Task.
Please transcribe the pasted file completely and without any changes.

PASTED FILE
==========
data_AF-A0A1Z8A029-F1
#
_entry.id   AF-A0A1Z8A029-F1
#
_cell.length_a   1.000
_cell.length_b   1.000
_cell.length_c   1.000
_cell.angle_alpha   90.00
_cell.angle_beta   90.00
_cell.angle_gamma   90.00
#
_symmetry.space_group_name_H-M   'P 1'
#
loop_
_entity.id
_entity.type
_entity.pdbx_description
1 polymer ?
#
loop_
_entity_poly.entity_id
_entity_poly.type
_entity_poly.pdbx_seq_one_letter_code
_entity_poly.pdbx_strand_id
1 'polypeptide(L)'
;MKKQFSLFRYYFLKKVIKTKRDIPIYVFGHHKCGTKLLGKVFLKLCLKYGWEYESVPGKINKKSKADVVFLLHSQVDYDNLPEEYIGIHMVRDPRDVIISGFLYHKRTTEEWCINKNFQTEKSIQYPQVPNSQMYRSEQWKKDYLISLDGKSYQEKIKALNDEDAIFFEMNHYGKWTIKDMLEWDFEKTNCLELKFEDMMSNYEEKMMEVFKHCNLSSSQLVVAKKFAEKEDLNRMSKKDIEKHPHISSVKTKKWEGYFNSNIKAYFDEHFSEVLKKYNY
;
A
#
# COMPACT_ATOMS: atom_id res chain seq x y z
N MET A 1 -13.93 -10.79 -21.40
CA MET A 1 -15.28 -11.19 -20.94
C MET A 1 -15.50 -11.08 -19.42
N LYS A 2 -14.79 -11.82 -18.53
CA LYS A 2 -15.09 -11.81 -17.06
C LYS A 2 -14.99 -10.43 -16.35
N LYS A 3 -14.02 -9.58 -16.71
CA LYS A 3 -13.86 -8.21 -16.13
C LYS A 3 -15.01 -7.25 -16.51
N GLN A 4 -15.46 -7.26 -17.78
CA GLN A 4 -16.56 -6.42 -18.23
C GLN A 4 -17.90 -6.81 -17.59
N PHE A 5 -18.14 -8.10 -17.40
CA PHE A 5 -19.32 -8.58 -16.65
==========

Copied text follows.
data_AF-A0A1Z8A029-F1
#
_entry.id   AF-A0A1Z8A029-F1
#
_cell.length_a   1.000
_cell.length_b   1.000
_cell.length_c   1.000
_cell.angle_alpha   90.00
_cell.angle_beta   90.00
_cell.angle_gamma   90.00
#
_symmetry.space_group_name_H-M   'P 1'
#
loop_
_entity.id
_entity.type
_entity.pdbx_description
1 polymer ?
#
loop_
_entity_poly.entity_id
_entity_poly.type
_entity_poly.pdbx_seq_one_letter_code
_entity_poly.pdbx_strand_id
1 'polypeptide(L)'
;MKKQFSLFRYYFLKKVIKTKRDIPIYVFGHHKCGTKLLGKVFLKLCLKYGWEYESVPGKINKKSKADVVFLLHSQVDYDNLPEEYIGIHMVRDPRDVIISGFLYHKRTTEEWCINKNFQTEKSIQYPQVPNSQMYRSEQWKKDYLISLDGKSYQEKIKALNDEDAIFFEMNHYGKWTIKDMLEWDFEKTNCLELKFEDMMSNYEEKMMEVFKHCNLSSSQLVVAKKFAEKEDLNRMSKKDIEKHPHISSVKTKKWEGYFNSNIKAYFDEHFSEVLKKYNY
;
A
#
# COMPACT_ATOMS: atom_id res chain seq x y z
N MET A 1 -13.93 -10.79 -21.40
CA MET A 1 -15.28 -11.19 -20.94
C MET A 1 -15.50 -11.08 -19.42
N LYS A 2 -14.79 -11.82 -18.53
CA LYS A 2 -15.09 -11.81 -17.06
C LYS A 2 -14.99 -10.43 -16.35
N LYS A 3 -14.02 -9.58 -16.71
CA LYS A 3 -13.86 -8.21 -16.13
C LYS A 3 -15.01 -7.25 -16.51
N GLN A 4 -15.46 -7.26 -17.78
CA GLN A 4 -16.56 -6.42 -18.23
C GLN A 4 -17.90 -6.81 -17.59
N PHE A 5 -18.14 -8.10 -17.40
CA PHE A 5 -19.32 -8.58 -16.65